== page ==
Chisholm has currently been rooming with the black horse. When he came to us his feet seemed awful stuck, and I wasn’t crazy about how he moved off, more stiff and fleeing, than soft and subtle. I worked a bit with his hind end and got some results, but I felt like maybe there was an easier way to get my point across. I did, and physically, it was real easy for me. Albeit, it was a little nerve racking for the first few days. I decided that the black horse had loosened up many creatures’ (both two legged, and four legged) feet. He’s over pushing humans around. But, I’ve yet to find another four legged that he tells to move, who doesn’t.

When I was first learning round pen work, I was told that if I needed a horse to move and he was being sluggish, to pick my line and walk to him with an energy that says, “If you’re still there when I get there, I am going to walk right through you.” It works pretty good for me. But it REALLY works for the black horse.

After a few days of the black horse walking right through Chisholm, I noticed a change. Now that Chisholm’s been in with the black horse for a few months, I have a pretty observant, soft colt on my hands. Thanks again black horse.

So, I got little Chisholm out and brushed him down. Then I took a couple of glamour shots of him, inadvertently working on his ground tying. I’ve got a year and a half to put everything in him that I want to before we start riding him. If all goes as I hope (I gave up planning) he will be my “one”. There’s plenty of other options for him though. Louie may fall in love with him. He may end up being a perfectly nice horse that we are proud of, but just doesn’t have the exact feel either of us is looking for. If so, we already have people standing in line, waiting for the work to be done and for him to come up for sale. If all goes as hoped, he will have a successful life with someone who loves and appreciates him.


If. All. Goes. As Hoped.

The idea for this blog came while I was brushing Chisholm. I started thinking about a friend who has put years into her colts, and who has recently suffered losses that make me shake my head. She goes out of her way to do her homework, and only invest in hardy, healthy colts who have the breeding and temperament to grow into marketable, usable horses. Her facilities are to die for. She has beautiful, well kept pastures and impeccable fences. Her horses want for nothing, be it friends, forage or freedom. They have the best vet and farrier care money can buy. They have an extremely knowledgeable and empathetic owner/trainer. If I die and come back as I horse, I want to come back as one of her horses. If I win the lottery I am going to plan my horse facilities based on hers.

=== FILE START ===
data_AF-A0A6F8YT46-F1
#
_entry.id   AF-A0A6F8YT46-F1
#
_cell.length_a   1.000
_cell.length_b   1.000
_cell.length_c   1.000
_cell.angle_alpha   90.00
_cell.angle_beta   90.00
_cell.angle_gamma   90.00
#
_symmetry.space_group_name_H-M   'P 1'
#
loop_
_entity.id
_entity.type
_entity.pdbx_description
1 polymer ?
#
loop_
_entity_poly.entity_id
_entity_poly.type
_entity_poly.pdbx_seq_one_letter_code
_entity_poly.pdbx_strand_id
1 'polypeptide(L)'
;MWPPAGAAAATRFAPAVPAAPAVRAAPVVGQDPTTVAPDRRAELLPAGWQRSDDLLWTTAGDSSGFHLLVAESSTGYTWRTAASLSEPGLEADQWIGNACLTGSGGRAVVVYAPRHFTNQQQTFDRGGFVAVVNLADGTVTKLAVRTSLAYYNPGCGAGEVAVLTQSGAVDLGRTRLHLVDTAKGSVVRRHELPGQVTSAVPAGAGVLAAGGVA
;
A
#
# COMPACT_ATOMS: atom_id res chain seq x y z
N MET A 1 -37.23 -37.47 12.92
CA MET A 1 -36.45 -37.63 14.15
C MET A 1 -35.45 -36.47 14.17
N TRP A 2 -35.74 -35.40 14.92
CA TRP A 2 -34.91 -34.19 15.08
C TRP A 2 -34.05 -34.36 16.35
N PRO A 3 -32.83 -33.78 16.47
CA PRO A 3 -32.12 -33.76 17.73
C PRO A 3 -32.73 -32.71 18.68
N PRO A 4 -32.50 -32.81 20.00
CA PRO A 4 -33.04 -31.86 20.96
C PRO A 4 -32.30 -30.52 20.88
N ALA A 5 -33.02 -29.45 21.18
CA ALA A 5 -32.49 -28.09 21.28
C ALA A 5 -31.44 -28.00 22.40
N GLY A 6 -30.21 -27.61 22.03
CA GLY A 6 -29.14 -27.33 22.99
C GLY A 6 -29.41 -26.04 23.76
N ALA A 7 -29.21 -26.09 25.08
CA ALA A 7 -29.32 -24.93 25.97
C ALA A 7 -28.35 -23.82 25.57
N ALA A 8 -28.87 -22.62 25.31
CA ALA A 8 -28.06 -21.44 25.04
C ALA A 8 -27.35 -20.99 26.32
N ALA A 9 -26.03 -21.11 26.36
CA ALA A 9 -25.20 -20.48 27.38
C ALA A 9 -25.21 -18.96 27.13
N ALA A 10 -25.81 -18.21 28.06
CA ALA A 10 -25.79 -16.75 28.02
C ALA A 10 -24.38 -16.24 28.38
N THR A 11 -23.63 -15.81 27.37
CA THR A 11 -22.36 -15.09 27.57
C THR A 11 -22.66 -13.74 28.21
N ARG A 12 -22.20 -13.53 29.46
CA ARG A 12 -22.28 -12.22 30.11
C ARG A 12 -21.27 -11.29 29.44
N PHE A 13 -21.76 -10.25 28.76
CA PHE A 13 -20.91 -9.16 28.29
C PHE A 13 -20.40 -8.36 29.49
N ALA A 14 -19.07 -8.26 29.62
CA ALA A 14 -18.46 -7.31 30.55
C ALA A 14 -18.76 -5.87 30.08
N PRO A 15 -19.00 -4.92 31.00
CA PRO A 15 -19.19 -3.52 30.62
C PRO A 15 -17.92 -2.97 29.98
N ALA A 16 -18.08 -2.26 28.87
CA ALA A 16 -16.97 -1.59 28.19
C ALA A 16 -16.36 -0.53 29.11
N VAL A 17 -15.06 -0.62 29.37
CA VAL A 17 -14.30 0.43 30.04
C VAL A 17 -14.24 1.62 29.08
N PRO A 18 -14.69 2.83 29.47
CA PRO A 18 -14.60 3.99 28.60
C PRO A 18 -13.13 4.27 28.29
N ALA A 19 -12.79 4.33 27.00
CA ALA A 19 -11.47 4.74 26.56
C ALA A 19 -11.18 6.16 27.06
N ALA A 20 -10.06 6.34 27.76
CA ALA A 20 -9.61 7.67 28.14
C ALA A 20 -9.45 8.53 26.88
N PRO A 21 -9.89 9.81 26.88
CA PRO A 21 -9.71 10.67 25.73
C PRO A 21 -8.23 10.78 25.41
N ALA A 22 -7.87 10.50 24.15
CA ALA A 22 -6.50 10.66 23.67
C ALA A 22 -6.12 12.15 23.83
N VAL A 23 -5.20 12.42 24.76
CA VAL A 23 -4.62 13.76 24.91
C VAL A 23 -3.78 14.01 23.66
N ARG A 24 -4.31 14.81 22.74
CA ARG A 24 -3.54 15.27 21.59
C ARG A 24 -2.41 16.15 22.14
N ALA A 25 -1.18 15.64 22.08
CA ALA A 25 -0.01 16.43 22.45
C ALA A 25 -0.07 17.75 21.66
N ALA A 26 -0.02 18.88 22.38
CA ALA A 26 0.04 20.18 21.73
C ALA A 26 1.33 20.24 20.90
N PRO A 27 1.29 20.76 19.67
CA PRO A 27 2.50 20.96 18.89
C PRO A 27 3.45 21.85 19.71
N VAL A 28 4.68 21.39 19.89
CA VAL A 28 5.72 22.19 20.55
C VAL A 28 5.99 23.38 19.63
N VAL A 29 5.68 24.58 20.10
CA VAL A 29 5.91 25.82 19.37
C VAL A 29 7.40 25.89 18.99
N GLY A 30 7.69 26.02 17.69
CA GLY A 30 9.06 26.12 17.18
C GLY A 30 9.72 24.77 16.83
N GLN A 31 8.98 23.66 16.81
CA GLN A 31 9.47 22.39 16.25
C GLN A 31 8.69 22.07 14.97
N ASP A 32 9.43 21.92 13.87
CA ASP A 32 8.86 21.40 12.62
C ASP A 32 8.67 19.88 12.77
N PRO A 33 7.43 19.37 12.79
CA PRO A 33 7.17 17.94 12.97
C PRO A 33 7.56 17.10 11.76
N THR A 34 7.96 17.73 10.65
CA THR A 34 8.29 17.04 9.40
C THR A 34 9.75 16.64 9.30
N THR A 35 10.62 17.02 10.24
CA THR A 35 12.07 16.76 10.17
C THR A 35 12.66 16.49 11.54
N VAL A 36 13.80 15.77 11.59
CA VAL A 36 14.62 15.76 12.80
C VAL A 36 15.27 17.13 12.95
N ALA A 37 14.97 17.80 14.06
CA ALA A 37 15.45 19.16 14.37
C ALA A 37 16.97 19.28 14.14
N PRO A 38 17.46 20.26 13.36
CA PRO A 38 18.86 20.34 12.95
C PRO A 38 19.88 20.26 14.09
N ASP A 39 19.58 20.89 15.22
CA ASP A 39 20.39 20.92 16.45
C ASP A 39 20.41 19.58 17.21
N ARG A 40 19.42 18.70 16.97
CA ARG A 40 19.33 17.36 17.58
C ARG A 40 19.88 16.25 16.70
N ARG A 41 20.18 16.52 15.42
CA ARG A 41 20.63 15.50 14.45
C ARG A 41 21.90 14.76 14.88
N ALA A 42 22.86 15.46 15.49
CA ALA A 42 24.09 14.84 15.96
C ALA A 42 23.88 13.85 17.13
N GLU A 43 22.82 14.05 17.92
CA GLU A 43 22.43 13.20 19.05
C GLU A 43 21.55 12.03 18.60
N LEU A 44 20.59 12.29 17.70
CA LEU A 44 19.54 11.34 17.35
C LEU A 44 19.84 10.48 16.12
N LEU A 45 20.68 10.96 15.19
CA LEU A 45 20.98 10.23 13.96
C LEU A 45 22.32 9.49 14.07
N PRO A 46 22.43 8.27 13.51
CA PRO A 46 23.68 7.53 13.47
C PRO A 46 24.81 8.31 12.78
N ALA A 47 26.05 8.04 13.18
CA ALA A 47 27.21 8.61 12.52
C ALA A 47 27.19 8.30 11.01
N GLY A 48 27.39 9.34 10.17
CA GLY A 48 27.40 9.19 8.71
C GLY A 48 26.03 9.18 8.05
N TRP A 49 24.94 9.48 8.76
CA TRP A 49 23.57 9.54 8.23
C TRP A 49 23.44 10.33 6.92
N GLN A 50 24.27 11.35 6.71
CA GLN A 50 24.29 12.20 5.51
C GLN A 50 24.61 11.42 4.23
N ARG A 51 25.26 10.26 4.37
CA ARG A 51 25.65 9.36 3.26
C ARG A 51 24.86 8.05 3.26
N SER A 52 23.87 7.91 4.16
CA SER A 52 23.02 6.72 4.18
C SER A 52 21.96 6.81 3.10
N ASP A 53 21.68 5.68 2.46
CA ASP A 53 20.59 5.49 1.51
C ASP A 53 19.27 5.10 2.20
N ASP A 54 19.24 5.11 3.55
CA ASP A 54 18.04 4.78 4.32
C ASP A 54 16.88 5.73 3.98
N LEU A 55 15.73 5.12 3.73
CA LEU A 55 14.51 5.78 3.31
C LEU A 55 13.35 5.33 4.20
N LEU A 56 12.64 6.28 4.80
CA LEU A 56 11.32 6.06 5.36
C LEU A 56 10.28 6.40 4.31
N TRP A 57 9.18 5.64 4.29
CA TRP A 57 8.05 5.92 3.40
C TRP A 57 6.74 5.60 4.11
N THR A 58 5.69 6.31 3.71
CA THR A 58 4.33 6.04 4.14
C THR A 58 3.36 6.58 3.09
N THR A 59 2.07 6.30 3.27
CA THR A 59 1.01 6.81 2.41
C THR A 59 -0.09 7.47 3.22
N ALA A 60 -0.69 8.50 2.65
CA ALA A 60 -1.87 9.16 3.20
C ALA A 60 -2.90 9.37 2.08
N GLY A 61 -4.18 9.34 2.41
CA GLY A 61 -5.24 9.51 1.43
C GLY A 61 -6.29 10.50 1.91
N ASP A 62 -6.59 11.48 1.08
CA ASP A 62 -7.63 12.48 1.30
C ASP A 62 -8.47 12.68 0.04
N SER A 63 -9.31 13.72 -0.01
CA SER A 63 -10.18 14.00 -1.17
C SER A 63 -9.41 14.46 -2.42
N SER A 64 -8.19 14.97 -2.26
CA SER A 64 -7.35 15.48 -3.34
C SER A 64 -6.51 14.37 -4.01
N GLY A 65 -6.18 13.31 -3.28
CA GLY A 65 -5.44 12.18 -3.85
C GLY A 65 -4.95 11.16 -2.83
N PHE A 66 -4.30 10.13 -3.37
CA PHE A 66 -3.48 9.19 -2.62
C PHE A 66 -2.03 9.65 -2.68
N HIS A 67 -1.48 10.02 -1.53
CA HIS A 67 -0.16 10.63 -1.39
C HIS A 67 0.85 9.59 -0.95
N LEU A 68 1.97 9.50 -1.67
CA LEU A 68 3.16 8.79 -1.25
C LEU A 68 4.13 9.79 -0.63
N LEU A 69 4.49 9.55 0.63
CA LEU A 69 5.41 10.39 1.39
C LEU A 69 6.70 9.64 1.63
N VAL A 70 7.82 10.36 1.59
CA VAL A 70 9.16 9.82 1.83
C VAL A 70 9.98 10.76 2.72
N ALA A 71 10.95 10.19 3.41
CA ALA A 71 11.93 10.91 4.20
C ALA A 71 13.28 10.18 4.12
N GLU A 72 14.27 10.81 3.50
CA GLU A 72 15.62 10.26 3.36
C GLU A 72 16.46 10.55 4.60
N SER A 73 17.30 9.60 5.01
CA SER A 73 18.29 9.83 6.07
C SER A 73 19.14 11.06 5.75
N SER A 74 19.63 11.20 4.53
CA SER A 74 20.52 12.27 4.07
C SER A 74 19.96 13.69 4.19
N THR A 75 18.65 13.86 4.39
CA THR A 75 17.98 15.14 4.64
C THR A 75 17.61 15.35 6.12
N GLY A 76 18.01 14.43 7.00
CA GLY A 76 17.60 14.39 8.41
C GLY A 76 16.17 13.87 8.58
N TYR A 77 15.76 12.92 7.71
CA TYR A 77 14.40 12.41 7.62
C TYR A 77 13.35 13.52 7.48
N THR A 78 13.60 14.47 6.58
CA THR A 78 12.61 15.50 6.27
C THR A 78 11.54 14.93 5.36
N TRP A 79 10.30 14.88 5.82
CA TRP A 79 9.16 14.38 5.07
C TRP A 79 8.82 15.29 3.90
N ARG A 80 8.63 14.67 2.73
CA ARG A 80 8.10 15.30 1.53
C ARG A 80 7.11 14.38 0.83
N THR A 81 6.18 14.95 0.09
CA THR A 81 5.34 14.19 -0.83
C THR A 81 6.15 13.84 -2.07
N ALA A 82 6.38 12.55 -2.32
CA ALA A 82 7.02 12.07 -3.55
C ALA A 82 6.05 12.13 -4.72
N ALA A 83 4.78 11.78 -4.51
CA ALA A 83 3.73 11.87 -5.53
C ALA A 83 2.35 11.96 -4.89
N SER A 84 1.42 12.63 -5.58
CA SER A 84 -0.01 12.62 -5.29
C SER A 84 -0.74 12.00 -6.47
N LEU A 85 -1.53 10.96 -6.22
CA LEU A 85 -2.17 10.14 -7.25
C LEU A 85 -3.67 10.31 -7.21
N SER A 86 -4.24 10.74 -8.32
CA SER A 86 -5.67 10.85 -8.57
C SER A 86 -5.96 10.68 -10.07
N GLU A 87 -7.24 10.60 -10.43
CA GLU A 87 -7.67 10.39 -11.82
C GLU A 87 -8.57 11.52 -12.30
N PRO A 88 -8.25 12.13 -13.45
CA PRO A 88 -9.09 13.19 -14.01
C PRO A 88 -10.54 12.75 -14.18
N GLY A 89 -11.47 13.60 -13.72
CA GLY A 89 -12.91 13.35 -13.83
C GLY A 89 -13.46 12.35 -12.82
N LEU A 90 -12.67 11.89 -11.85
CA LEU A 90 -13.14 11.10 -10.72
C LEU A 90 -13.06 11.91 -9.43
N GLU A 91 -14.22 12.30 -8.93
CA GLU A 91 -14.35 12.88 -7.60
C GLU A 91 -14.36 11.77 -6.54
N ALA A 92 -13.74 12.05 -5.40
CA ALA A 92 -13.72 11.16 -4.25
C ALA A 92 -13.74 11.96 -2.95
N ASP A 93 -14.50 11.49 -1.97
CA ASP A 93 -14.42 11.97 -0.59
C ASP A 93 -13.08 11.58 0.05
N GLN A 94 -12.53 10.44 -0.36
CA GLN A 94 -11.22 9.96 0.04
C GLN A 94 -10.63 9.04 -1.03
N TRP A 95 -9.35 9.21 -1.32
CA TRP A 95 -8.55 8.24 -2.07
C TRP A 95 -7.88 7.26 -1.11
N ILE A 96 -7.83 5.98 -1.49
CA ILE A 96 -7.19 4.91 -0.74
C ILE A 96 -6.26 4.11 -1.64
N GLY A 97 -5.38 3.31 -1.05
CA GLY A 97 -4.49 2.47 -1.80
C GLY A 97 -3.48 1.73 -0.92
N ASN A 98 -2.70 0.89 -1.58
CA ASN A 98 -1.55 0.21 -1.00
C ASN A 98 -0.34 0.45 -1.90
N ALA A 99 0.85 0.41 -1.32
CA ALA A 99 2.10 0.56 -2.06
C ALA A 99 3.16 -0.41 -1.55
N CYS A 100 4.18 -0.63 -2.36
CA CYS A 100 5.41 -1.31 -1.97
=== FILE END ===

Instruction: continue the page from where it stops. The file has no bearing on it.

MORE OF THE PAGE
Still, with all of the odds on her side, her heart has been devastated again and again. Most recently, she had a long two year old she had bought as a yearling struck by lightening out in pasture. She had put blood sweat and hope into this horse to prepare it for success. For a year and a half she had planned and worked and focused on what needed to be done. A year and a half, and she hadn’t even swung a leg over him yet! And then, he was gone. Poof.

We’ve all had to put down horses. We’ve all seen young ones go away too soon. But it’s a bit ominous think about how much work we are going to put into these colts’ early years. We put a lot of ourselves in these guys. If everything goes as planned the horse lives a long, happy life. It can be pretty daunting though, to ponder on the years to come. I’ve been lucky. Things haven’t always worked out in my favor, but I’ve definitely come out of my fair share of close calls. I don’t know that I’d have the heart that my friend has. To keep plugging along day in and day out, starting from scratch, and not really having a way to “fix” the things that are going against her.

As usual, my only answer is to go forward and do the work. She taught me that.


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One Response to If All Goes As Hoped

  1. This is a really nice story of little successes that build to a lifetime of satisfaction. Here’s hoping all the upcoming work goes as planned (and that you keep writing about it.)